It’s a nice thing when the high points of a movie are so rich that they act as a sort of perception filter, allowing you to track minor annoyances without being able to really focus on them or have them dampen your enjoyment. That’s where I’m at with Captain Marvel. Because as Carol Danvers’ true heroic nature and abilities came to the fore at the culmination of the movie, I lost all ability to be bothered by bitty gripes. And upon reflection, I now feel like the film’s transformational and lengthy battle sequence may be more than the most thrilling part of a good movie. It may, in fact, be the most important action sequence in the history of the MCU. Disagree? Fair, but let me my make my case with these spoiler-filled thoughts that speak to the specific components that allow Captain Marvel to soar.
When Carol Danvers (Brie Larson) breaks the literal bounds that have kept her powers at bay and goes after the Kree warriors and Yon-Rogg (kicking off the aforementioned action sequence), we are seeing a moment that is clearly vital for the character’s evolution and the story. But it’s also something that stirs the audience due to the thematic proximity to real events going on in our culture.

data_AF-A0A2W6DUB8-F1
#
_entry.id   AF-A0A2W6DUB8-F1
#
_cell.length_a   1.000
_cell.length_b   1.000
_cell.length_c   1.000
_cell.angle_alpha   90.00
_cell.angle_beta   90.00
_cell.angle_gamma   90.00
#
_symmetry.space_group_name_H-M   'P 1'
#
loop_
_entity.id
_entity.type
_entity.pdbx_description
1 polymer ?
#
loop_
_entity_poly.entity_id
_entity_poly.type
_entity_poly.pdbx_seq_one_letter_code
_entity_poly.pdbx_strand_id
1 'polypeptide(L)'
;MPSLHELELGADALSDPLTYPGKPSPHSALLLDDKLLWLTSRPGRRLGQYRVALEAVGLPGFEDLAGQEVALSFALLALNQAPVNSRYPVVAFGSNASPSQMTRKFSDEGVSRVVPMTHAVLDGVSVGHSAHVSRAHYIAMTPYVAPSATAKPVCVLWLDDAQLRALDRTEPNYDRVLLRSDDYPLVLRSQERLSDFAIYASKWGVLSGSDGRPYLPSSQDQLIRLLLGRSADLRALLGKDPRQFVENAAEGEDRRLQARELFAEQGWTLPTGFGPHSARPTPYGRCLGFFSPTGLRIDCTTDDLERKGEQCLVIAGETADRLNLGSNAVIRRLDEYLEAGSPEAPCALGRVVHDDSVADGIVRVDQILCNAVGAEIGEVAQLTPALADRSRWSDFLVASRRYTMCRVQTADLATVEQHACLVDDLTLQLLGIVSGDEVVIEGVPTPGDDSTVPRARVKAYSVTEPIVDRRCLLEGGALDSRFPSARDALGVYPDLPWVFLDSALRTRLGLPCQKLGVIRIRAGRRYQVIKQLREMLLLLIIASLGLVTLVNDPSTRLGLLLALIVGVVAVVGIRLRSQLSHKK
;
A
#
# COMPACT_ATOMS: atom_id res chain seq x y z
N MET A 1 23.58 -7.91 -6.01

Yes, a human, an aunt, a friend, a real hero — Danvers discovers that she’s all those things on Earth, but she’s also written to be an avatar for those who have been told to mollify others and tamp down both their power and their emotions. As such, Danvers’ eventual victory over Yon-Rogg (who had kept her like a pet project, limiting her access to those powers and training her to regard emotion as weakness) feels cathartic — especially in how it’s achieved (more on that later). It’s the same with the Skrulls and their third-act turn. Their displacement and search for safe harbor sparks thoughts about the immigration debate and the global refugee crises in the real world that are hard to ignore.
It’s an unmistakable leap forward for Marvel (and the MCU) that shows they’re willing to sidestep risk aversion and embrace socially relevant storytelling; this only works because the film’s writers and storytellers (Anna Boden, Ryan Fleck, Geneva Robertson-Dworet, Nicole Perlman, and Meg LeFauve) so deftly weave their message into Danvers’ hero journey and never forget to keep the characters, the story, and the action out front. This, in turn, allows the movie to forge a deeper connection and have greater cultural impact than it would have if Marvel and the writers had gone in another, less socially relevant direction. Which, to borrow a line from Captain Marvel, would have been akin to “fighting with one arm tied behind your back,” especially in 2019 when everyone expects everything to be political anyway.